Does your favorite restaurant pass food safety tests?

Published 12:40am Sunday, August 12, 2012

Detailed reports in Louisiana

Louisiana establishments are inspected on a risk category basis, with inspections performed one to four times per year depending on the type of operation. A concession stand or gas station with mainly pre-packaged food isn’t inspected as often as a full-service restaurant.

Establishments are assigned to one of four types of inspections: routine, re-inspection, pre-opening or complaint.

Louisiana inspectors don’t announce their visits to establishments, unless a time frame for compliance is given and a re-inspection is necessary or for a pre-opening inspection.

Once an inspector arrives at the establishment, they begin touring the restaurant with the owner or manager looking for violations, said Tenney Sibley, Louisiana Department of Health and Hospital Chief Sanitarian.

Potential violations fall into critical and non-critical violations.

Critical violations, if left uncorrected, are more likely to directly contribute to food contamination or illness. Those eight critical violations include food — condition, source, labeling, time/temperature — cross contamination and toxic chemicals.

Non-critical violations are not directly related to the cause of food borne illness, but if left uncorrected, could become critical. Those nine violations include food protection, utensils and garbage among others.

“All of the violations, comments and specific codes are listed and printed out to the owners of the establishment so they know what violation of code they are in,” Sibley said. “Once the inspections are completed there is a seven day delay in case we have to go back to do a re-inspection before they are uploaded to our website.”

Critical violations that an inspector spots during any inspection should be fixed immediately, but non-critical violations can be fixed before a follow-up inspection, Sibley said.

“If there’s a critical violation, the inspectors try to get the people to fix it while we’re there,” Sibley said. “If it’s something that’s not correctable immediately, we’ll work with them to come up with a reasonable and acceptable time frame to check up on it again.”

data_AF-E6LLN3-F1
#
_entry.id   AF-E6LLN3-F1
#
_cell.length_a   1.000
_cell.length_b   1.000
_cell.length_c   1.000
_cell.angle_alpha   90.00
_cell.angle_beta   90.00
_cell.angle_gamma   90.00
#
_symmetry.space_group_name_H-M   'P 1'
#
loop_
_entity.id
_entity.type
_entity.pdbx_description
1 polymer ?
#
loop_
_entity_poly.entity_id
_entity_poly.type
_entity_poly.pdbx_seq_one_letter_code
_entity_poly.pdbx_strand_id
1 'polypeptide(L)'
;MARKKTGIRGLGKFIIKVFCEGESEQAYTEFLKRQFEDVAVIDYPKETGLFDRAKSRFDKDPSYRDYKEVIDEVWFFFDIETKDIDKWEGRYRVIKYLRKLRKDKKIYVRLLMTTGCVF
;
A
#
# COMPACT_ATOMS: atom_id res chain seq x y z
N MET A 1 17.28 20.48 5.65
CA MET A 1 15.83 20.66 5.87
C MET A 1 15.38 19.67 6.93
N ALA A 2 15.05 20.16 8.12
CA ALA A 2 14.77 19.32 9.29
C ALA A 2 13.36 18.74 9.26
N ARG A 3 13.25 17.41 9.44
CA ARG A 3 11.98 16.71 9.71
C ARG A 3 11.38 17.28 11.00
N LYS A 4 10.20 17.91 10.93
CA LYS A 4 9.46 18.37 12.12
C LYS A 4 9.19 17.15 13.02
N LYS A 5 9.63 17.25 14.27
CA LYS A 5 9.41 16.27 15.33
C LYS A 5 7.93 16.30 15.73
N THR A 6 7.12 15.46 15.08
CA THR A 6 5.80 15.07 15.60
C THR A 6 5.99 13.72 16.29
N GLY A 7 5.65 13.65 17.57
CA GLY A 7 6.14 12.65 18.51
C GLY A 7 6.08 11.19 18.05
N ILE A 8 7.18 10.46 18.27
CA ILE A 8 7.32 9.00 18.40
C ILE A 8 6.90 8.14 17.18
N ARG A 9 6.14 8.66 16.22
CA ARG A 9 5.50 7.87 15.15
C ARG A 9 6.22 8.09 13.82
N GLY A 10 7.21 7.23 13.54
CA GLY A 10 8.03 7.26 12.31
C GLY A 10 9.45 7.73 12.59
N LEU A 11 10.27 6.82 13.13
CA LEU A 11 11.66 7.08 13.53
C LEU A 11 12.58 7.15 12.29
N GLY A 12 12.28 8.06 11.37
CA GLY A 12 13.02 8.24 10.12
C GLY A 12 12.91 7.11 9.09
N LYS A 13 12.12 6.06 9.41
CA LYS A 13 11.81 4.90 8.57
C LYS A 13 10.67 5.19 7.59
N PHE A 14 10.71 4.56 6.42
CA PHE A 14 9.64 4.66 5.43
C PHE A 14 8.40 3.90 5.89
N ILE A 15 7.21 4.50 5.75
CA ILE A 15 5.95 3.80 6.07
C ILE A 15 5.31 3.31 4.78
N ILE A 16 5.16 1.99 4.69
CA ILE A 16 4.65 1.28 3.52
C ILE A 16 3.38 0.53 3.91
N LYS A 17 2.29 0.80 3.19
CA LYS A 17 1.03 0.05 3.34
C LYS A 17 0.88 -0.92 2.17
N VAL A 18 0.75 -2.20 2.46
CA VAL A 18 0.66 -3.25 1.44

Since Louisiana establishments are not required to post or display the inspection reports, Sibley said patrons are encouraged to visit the department’s website to find the inspection results.

“We used to have them post the violations, and we’re not necessarily opposed to that, but we felt that the electronic system was very progressive,” Sibley said. “We put the reports out there and there’s no question or interpretation of whether it’s a good or bad report.”

“If you’re using the letter grade system, how does (the customer) know what that A means or what the criteria is for the A or B grade?” Sibley said. “This provides a better management tool for that establishment to change behavior or use as their own checklist, and we’re putting the information out there for the residents to see.”

And Nikki’s Restaurant owner Nikki Gillespie said she uses the inspection result as a way to continually improve her Vidalia restaurant.

“I don’t try to cheat the system or say it’s not a big deal, because I’m not going to serve something to my customers that I wouldn’t eat myself,” she said.

“And most of the things they check for are just common sense that I’d make sure were done anyway.”

And Gillespie’s hard work has paid off, with Nikki’s Restaurant receiving only one critical violation for not holding hot foods at a high enough temperature, that was corrected before the report was posted, and three non-critical violations for utensil storage and maintenance equipment storage during its most recent inspection in June.

“We keep everything maintained and clean all the time, but most of the stuff they look for is just real petty or picky stuff,” Gillespie said. “Sometimes they’ll hunt stuff down to write you up on if they can’t find anything.”

But overall, Gillespie said she agrees with the Louisiana department’s policies and inspection processes except one.

“The last few times the inspector has come right in the middle of lunch rush,” Gillespie said. “I know they shouldn’t give you notice of when they’re coming, but I don’t have time to stop and talk when I’m trying to wait on customers in the middle of our lunch rush.

“The whole process is actually pretty easy, but I just wish they could come before or after lunch.”

For more information on Louisiana inspections or to see the results of your favorite restaurants, visit